You will be presented with an opportunity in a race situation every so often when the pace has lulled and your a few k from the finish (after someones attack has been pulled back by a hard bunch of pulls from those still on the front). If your near the front but haven't contributed much to the pull back, jump hard, hold the form, then look and see if anyone followed your wheel. If your lucky, you might have 1 other rider with you, and they will work with you if you have a gap. Sometimes you will be alone, but if you have that gap, everyone else is going to be looking at each other, and you then decide if you can hold your form through to the finish. If the pack is on you already, sit up, and roll back down the pack a bit.

It all comes down to recognising the situation of worn out riders at the front, and then pulling off a hard enough 5-10s surprise sprint that the riders at the front hesitate. You will be surprised how often it works if the jump is hard enough.

If your not getting away, you need to improve your sprint. And the only way to do that is to practice sprinting. Once a week do a ride of about 25-30k, warmup for about 10k, then do three 250-300m sprints, with 3k rest in between. It will take 2-3 months of this once a week workout for you to be getting to a good sprint speed and snap. The reason I recommend only 3 sprints is that's usually the most amount of full out sprints you have to perform during a road race or crit race (for club racing that is). But it does take a weekly commitment to get better.

You can also add sprints into pretty much any ride. I find it fun on endurance rides with a good bunch to have the 'sprint to the 60 signs' competition. Though now alot of them are 50 signs in aus. Always adds about 5 sprints into the ride (which are 100k+ endurance rides).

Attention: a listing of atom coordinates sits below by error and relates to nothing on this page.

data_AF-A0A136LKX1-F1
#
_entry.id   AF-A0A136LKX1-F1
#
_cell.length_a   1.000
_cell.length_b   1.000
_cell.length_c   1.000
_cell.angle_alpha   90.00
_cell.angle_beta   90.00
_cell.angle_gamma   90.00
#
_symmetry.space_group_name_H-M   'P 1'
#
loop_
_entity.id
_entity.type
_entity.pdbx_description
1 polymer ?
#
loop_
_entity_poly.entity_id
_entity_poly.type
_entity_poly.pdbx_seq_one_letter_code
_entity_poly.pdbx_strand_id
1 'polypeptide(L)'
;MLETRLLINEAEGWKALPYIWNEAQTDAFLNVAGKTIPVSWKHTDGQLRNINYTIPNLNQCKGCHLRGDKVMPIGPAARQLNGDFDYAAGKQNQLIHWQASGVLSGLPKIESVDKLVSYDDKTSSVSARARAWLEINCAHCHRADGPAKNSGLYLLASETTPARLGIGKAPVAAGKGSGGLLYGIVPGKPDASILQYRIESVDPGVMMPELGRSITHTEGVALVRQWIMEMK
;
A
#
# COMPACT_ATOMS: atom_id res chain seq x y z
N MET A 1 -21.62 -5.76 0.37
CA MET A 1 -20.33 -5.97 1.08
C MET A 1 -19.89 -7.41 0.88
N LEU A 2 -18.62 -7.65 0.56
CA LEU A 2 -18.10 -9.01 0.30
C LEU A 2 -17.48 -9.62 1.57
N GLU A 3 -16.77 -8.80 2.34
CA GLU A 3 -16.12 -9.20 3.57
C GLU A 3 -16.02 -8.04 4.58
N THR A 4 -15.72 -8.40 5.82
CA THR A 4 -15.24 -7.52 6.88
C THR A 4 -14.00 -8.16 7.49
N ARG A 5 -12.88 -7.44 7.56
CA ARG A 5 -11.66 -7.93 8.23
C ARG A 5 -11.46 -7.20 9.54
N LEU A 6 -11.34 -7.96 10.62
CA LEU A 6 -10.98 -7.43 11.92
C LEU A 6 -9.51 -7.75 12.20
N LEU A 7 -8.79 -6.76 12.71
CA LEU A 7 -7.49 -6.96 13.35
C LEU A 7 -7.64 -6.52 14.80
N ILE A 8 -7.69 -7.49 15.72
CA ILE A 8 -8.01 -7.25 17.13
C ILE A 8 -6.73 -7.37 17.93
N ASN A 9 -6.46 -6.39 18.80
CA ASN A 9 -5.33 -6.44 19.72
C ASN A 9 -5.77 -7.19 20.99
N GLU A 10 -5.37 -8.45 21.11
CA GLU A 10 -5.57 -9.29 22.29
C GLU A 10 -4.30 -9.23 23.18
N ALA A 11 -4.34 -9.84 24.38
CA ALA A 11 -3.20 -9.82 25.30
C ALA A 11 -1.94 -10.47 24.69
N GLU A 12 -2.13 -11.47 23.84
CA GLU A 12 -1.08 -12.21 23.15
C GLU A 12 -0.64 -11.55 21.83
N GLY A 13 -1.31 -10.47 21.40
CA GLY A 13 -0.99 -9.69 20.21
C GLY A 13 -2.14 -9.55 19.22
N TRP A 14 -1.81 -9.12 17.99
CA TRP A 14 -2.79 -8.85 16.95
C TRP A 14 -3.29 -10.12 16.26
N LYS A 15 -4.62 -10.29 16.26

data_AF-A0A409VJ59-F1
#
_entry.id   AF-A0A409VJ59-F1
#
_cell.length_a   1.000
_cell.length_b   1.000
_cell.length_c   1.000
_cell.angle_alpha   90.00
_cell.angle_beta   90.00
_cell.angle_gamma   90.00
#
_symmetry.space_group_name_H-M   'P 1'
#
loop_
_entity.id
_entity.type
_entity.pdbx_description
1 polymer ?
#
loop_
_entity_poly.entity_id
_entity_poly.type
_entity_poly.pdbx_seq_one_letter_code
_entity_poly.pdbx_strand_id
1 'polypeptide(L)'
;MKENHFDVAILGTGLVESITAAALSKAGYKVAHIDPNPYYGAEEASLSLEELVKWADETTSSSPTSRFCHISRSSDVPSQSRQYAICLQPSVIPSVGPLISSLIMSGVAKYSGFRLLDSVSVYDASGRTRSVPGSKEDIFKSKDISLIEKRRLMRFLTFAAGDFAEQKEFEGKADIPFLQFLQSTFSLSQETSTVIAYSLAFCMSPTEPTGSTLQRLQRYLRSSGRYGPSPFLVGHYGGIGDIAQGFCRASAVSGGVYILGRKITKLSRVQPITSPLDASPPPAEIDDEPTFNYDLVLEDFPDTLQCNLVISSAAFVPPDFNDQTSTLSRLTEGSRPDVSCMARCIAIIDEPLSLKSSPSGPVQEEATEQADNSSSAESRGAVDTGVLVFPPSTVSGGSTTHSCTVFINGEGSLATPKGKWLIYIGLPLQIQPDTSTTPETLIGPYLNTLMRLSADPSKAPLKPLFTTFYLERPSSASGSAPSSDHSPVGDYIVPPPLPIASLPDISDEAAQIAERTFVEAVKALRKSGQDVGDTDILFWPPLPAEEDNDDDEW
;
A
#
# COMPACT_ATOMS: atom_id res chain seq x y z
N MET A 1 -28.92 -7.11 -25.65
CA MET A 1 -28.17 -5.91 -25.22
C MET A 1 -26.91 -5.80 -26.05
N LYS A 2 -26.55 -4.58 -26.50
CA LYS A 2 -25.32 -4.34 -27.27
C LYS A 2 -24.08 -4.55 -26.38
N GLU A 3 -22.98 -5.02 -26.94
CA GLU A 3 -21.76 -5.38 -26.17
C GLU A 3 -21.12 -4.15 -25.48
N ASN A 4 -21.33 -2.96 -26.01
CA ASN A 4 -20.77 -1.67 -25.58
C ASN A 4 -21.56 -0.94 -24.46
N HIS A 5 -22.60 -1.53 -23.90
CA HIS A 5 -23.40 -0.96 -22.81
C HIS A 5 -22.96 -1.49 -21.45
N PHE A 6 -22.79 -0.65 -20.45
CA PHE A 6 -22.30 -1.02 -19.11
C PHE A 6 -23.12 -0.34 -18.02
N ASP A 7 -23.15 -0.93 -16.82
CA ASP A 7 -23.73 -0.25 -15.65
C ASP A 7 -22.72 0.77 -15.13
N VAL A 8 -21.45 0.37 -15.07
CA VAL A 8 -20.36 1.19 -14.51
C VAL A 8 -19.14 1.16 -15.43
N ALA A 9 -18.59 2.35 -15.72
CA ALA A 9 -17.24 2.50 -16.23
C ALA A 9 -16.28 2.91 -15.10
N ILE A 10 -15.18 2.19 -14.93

GL,
metal


Last edited by metal on Tue Apr 30, 2013 12:48 pm, edited 2 times in total.

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PostPosted: Tue Apr 30, 2013 11:57 am 
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User Name wrote:
snip good info


Looks like you could benefit from a more structured program, but I know that it also isn't required if your smart about your training :)

I also have the feeling your more interested in the warm crits than the freezing cold road races :P I'm the same actually :)

I rarely get to race the city crits, but I do know that the sprints aren't often won by sprinting from 200 to 300+ out like many road race sprints (club level). The only way to win them is to follow wheels to the front, and be first wheel with 100 to go.